Netflix's post-apocalyptic thriller Bird Box debuted on Friday, taking viewers into a world where a mysterious entity has made even the simple act of looking out the window so dangerous that it could kill you. It's an interesting premise, one with a curious ending that bears taking another look at.
Warning: Spoilers for Bird Box below.
Based on the book of the same name by writer Josh Malerman, Bird Box stars Sandra Bullock as a woman named Malorie who, along with her two children, is struggling to survive in a world ravage by a mysterious entity that drives mad anyone who looks at it, causing people to violently kill themselves. The film moves back and forth between two timelines. Opening in the "present", Malorie harshly lays down the rules to her children, Boy and Girl, explaining that they cannot for any reason take off their blindfolds on the journey they are about to undertake before the flashing back five years to the beginning of what can only be termed an outbreak. It's important to note, before we break down the basic story leading up to the ending, that the story will jump between the present and the past several times over the course of the film.
In the first flashback, a pregnant Malorie is at a prenatal appointment with her sister Jessica (Sarah Paulson) when the entity strikes. Jessica crashes the car and then walks out in front of a truck and dies while Malorie soon after finds herself holed up in a house with fellow survivors -- those who have not seen and been warped by the mysterious entity -- including another pregnant woman. Unfortunately, they end up not being as safe as perhaps they would hope after a newcomer to their group rips off the window coverings and drives most of the survivors to suicide. Ultimately, all that is left of the group are Malorie, her son, the daughter of the now-deceased other pregnant woman, and a man named Tom (Trevante Rhodes.)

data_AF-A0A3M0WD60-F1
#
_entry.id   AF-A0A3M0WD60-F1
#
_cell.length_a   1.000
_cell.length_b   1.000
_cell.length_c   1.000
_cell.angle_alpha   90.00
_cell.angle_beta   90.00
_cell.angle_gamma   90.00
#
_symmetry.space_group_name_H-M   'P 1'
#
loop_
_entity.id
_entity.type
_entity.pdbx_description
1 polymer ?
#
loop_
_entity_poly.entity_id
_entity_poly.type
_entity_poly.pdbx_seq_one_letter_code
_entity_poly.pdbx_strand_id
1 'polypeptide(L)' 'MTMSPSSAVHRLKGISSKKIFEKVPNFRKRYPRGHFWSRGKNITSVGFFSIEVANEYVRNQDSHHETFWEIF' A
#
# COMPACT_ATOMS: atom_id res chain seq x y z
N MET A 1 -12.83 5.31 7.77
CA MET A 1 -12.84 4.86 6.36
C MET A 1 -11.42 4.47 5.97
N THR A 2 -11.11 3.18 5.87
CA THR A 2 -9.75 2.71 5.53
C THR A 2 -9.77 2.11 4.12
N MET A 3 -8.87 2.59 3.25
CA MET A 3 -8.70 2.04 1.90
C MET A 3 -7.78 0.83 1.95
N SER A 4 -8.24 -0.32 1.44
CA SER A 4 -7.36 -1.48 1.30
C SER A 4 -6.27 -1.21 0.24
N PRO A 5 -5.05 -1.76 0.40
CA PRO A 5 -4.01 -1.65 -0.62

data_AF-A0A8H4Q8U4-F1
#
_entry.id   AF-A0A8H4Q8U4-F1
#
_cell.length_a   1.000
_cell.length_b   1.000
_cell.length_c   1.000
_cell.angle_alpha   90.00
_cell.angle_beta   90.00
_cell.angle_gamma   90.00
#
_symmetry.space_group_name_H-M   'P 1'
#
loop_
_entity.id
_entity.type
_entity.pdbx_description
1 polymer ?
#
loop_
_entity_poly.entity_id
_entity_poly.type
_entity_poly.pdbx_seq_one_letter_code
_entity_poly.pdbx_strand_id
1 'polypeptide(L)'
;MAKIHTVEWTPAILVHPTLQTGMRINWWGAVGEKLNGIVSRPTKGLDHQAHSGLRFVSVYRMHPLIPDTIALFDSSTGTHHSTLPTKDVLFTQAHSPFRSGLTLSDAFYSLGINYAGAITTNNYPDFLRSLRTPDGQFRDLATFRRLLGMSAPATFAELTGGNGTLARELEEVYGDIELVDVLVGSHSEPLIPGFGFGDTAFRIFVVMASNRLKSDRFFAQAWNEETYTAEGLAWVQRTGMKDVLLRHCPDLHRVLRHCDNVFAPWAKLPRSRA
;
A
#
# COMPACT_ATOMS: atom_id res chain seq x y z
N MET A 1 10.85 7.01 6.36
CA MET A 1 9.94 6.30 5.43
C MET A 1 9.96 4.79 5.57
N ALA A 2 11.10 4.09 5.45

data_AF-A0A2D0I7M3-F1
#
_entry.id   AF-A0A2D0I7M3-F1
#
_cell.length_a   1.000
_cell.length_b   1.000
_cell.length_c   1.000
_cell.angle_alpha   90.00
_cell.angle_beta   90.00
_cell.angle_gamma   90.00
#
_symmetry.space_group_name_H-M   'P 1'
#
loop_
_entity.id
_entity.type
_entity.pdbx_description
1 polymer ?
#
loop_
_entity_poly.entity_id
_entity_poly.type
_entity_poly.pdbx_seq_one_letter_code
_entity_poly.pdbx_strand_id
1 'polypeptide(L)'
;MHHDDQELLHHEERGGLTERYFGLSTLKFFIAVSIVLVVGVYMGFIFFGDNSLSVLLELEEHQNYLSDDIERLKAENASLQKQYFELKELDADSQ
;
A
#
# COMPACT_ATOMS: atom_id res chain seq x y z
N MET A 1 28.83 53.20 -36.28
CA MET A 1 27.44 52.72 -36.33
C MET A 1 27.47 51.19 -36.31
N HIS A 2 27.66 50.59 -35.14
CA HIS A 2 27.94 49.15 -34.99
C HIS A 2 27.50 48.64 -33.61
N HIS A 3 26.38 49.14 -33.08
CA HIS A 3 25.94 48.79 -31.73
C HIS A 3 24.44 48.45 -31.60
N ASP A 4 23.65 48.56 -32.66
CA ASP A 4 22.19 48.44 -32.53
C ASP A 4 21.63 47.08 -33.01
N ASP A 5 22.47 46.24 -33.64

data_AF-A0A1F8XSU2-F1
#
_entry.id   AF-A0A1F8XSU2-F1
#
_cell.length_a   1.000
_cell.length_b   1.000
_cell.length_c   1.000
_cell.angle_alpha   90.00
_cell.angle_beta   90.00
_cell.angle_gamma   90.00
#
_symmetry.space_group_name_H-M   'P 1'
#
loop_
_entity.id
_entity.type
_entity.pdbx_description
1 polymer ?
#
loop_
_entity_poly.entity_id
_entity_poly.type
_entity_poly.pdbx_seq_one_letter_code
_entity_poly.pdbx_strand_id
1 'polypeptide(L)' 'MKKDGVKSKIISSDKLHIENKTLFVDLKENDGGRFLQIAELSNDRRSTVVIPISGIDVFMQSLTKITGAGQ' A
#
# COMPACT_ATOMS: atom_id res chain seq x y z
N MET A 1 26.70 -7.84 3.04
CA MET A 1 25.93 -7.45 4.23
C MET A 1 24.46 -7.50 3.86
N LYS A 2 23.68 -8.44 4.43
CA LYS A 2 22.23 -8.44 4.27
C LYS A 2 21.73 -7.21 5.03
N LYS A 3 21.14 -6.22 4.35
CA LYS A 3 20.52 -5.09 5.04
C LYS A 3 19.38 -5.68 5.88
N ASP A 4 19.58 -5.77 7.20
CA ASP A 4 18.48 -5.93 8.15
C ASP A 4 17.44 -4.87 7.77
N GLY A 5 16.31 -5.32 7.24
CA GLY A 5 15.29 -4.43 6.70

After years of living together as a family, Tom hears about a sanctuary down the river and the family prepares to go. Tom is killed -- or more specifically sacrifices himself for the safety of his family -- before they can depart, leaving Malorie and the children to undertake the perilous journey alone. After an extremely harrowing journey which includes a terrifying moment where the children are separated from Malorie after she suffers a fall and is rendered unconscious -- not to mention the entity tries to lure the children to remove their blindfolds -- the family makes it to the sanctuary which turns out to be school for the blind. There, Malorie and the children are able to remove their blindfolds as chirping birds will warn of the entity's presence. Finally safe, Malorie is able to at long last give her children a relatively normal life -- and names.
It's a surprisingly happy ending for a film that's seen so much death. It's also an ending that is slightly different form the novel. In the novel it's not a home for the blind but a group of people who deliberately blinded themselves for safety but according to Eric Heisserer who adapted Malerman's novel for screen, that change is a deliberate choice.
"I think there are plenty of horror directors who are like, 'No, we've got to end on the idea that humanity is screwed, and we're all doomed because that's life," Heisserer told Thrillist. "It seemed smarter for us to make that more of an optimistic ending. I'm one who generally leans towards a hopeful or optimistic ending even in dystopian horror movies. I'm not one to embrace nihilism considering that I feel like we're living in that world now."
What did you think about Bird Box's ending? Let us know your thoughts in the comments below.
Bird Box is now streaming on Netflix.